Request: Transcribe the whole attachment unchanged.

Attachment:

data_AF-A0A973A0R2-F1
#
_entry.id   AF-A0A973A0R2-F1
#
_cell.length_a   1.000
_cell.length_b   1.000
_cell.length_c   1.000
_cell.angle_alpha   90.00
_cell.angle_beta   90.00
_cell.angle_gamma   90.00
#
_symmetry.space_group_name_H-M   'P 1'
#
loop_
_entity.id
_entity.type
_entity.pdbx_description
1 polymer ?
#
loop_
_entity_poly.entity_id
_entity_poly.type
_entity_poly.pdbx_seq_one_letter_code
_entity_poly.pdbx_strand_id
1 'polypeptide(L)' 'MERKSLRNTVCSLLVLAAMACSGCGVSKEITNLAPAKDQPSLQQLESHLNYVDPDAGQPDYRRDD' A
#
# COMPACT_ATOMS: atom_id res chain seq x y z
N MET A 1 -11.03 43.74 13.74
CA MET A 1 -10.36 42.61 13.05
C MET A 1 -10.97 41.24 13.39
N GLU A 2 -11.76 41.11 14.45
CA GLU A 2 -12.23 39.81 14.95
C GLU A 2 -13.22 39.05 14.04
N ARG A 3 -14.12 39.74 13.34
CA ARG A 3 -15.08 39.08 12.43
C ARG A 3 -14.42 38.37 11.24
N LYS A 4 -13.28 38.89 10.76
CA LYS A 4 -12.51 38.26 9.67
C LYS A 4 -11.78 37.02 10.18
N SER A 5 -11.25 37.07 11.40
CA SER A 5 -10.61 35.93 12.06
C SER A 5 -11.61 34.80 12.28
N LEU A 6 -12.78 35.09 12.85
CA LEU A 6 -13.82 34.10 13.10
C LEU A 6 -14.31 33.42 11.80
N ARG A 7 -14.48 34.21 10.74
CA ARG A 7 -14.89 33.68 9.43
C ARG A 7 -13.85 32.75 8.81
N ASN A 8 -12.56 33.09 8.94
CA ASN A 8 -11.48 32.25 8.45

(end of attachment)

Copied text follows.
data_AF-A0A973A0R2-F1
#
_entry.id   AF-A0A973A0R2-F1
#
_cell.length_a   1.000
_cell.length_b   1.000
_cell.length_c   1.000
_cell.angle_alpha   90.00
_cell.angle_beta   90.00
_cell.angle_gamma   90.00
#
_symmetry.space_group_name_H-M   'P 1'
#
loop_
_entity.id
_entity.type
_entity.pdbx_description
1 polymer ?
#
loop_
_entity_poly.entity_id
_entity_poly.type
_entity_poly.pdbx_seq_one_letter_code
_entity_poly.pdbx_strand_id
1 'polypeptide(L)' 'MERKSLRNTVCSLLVLAAMACSGCGVSKEITNLAPAKDQPSLQQLESHLNYVDPDAGQPDYRRDD' A
#
# COMPACT_ATOMS: atom_id res chain seq x y z
N MET A 1 -11.03 43.74 13.74
CA MET A 1 -10.36 42.61 13.05
C MET A 1 -10.97 41.24 13.39
N GLU A 2 -11.76 41.11 14.45
CA GLU A 2 -12.23 39.81 14.95
C GLU A 2 -13.22 39.05 14.04
N ARG A 3 -14.12 39.74 13.34
CA ARG A 3 -15.08 39.08 12.43
C ARG A 3 -14.42 38.37 11.24
N LYS A 4 -13.28 38.89 10.76
CA LYS A 4 -12.51 38.26 9.67
C LYS A 4 -11.78 37.02 10.18
N SER A 5 -11.25 37.07 11.40
CA SER A 5 -10.61 35.93 12.06
C SER A 5 -11.61 34.80 12.28
N LEU A 6 -12.78 35.09 12.85
CA LEU A 6 -13.82 34.10 13.10
C LEU A 6 -14.31 33.42 11.80
N ARG A 7 -14.48 34.21 10.74
CA ARG A 7 -14.89 33.68 9.43
C ARG A 7 -13.85 32.75 8.81
N ASN A 8 -12.56 33.09 8.94
CA ASN A 8 -11.48 32.25 8.45